Mission La Purísima Concepción

related topics
{build, building, house}
{church, century, christian}
{area, community, home}
{line, north, south}
{service, military, aircraft}
{theory, work, human}
{city, population, household}
{land, century, early}
{town, population, incorporate}

Mission La Purisima Concepción, or La Purisima Mission, with the original Spanish name being La Misión de La Purísima Concepción de la Santísima Virgen María, was founded on the Feast Day of the Immaculate Conception of the Blessed Virgin on December 8, 1787. The present day and second site is located east of the town of Lompoc in Santa Barbara County, California, between Santa Barbara and San Luis Obispo. Mission La Purisima is currently the only example in California of a complete Spanish Catholic mission complex.



Lompoc was so small that the Viceroyalty of New Spain made an exception to the rule which stated that no California mission was to be established within seven miles of any pueblo in Las Californias, as the original site of Mission La Purisima was only one mile north from the small settlement. The mission was moved four miles east of the pueblo to its present location after a Santa Barbara Earthquake severely damaged the mission buildings on December 21, 1812.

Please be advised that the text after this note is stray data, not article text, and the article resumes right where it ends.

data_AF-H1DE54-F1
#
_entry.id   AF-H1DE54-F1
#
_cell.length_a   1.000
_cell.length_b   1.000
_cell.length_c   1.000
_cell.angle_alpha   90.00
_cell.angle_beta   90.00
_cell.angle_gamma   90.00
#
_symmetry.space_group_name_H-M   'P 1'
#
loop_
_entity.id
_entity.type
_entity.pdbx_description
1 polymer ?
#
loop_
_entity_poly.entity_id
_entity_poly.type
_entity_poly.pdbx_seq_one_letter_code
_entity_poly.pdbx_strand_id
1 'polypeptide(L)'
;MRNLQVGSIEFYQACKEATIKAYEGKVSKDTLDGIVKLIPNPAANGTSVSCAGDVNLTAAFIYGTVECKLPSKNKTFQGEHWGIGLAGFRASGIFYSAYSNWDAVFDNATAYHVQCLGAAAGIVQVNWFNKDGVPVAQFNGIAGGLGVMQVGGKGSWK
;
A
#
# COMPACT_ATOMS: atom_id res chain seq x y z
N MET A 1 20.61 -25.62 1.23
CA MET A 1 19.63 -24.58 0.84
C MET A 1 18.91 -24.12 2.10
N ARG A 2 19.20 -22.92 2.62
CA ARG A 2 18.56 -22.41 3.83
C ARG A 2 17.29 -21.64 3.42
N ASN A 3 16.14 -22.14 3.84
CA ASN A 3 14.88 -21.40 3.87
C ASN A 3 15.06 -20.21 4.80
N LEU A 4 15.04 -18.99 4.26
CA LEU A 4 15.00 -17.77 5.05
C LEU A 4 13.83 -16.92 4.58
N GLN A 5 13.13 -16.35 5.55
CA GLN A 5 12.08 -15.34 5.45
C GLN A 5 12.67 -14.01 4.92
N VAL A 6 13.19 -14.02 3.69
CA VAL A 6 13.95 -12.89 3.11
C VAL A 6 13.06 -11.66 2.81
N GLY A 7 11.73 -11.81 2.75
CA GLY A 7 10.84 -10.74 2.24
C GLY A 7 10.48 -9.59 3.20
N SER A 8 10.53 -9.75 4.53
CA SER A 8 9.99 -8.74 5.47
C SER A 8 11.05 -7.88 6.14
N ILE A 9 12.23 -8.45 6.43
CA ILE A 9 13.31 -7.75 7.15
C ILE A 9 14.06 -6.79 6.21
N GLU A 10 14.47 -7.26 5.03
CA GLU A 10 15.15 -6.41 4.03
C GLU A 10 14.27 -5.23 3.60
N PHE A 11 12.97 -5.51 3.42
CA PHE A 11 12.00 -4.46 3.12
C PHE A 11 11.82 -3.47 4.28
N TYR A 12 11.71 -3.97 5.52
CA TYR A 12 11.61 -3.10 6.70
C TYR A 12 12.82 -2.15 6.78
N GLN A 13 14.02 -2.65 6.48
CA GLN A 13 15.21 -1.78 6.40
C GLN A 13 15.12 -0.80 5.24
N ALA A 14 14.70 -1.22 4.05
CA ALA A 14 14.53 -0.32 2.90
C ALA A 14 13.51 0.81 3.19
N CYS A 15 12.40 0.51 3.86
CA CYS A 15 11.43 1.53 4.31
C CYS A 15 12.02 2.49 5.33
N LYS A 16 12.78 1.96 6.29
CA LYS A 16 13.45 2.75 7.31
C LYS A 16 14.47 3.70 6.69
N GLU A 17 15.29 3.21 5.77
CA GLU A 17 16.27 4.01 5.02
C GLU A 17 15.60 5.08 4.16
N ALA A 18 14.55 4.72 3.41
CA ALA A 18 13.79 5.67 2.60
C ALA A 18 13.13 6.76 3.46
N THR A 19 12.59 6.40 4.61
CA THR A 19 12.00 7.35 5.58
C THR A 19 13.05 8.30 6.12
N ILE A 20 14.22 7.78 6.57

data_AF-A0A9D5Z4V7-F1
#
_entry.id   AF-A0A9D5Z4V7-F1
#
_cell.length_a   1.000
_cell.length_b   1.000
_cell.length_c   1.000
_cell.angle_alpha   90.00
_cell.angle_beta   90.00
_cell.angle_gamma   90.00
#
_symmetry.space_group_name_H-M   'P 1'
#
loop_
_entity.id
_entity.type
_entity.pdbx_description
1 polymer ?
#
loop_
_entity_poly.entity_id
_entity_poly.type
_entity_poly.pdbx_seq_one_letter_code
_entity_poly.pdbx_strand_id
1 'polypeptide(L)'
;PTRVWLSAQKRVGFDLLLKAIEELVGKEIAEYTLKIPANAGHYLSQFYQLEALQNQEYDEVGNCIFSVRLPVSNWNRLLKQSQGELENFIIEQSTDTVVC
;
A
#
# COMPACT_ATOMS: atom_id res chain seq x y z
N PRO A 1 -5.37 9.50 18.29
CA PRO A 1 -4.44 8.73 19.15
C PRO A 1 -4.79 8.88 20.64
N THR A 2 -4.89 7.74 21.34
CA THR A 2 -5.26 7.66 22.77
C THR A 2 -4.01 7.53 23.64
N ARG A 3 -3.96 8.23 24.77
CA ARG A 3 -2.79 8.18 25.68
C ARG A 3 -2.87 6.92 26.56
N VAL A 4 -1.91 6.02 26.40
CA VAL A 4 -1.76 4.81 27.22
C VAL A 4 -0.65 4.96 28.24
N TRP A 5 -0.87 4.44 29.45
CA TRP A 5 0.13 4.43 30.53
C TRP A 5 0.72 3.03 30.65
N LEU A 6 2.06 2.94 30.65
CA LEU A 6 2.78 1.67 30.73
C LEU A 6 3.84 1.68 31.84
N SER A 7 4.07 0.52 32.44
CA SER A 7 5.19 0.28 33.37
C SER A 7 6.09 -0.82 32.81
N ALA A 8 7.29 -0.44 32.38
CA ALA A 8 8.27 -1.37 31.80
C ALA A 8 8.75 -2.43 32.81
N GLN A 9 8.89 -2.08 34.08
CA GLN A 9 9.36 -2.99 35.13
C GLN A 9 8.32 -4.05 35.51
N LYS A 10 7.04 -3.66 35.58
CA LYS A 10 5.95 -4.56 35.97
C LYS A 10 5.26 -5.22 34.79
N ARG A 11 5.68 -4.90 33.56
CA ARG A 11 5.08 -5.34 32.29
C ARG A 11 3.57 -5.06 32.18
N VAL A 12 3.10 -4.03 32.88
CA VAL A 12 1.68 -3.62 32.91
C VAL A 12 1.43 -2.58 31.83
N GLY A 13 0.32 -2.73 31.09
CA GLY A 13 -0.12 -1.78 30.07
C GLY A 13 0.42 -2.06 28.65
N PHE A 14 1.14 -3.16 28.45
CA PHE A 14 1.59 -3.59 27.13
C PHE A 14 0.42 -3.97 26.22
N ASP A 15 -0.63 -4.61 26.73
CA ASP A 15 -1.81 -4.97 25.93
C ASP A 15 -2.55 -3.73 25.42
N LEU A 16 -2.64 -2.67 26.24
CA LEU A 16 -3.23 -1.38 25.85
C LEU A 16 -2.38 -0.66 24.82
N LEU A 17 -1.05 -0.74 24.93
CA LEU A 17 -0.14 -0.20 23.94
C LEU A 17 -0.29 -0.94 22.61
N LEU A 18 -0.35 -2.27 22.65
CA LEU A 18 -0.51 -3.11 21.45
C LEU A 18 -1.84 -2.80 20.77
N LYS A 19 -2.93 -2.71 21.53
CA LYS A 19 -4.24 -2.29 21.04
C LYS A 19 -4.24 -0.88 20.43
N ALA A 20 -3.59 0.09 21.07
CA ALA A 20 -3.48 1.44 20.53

By 1803, the Mission Indians population had increased, by Indian Reductions, to 1,436 Chumash people. The mission also had 3,230 cattle, 5,400 sheep, 306 horses, and 37 mules. In the same year, there was a harvest of 690 fanegas of wheat, corn and beans (a fanega equaling about 220 pounds).

After Mexico won the Mexican War of Independence in 1823, Spanish funding ceased to the Santa Barbara Presidio. Many soldiers at the mission who were no longer being paid by the new Mexican government took out their frustrations on the local Chumash Indians. After a soldier apparently beat an Indian at nearby Mission Santa Inés, A major Chumash revolt occurred at that mission in 1824. It spread to La Purisima Mission, where the Chumash people took over the mission for one month until more soldiers arrived from Monterey Presidio. Eventually, the Chumash lost their hold on the mission with many leaving the mission soon thereafter. However, many of the Indians who had sought refuge in the neighboring mountains during the revolt returned to the mission.

Following independent Mexico's secularization of the Alta California missions from 1834 to 1843, the buildings of La Purisima Mission were abandoned, and the lands were granted Rancho Ex-Mission la Purisima. By 1934 only nine of the buildings remained intact.

Full article ▸

related documents
Fairview Cemetery, Halifax, Nova Scotia
Mission San Juan Bautista
Blithfield Hall
List of windmills in the United Kingdom
World Cotton Centennial
Amberley Working Museum
Orient House
The Center
Casa Milà
Mission San Antonio de Padua
Survivors of the September 11 attacks
Haddiscoe Cut
Vanderbilt, Texas
London Post Office Railway
Carmel, New York
Keller's Mill Covered Bridge
Liskeard and Looe Union Canal
Delanson, New York
Chelmer and Blackwater Navigation
Aon Center (Chicago)
Fulgence Bienvenüe
Glen Ellyn, Illinois
Dean Cemetery
Pinetown Bushong's Mill Covered Bridge
Clarendon Building
Tithe barn
Sesquicentennial Exposition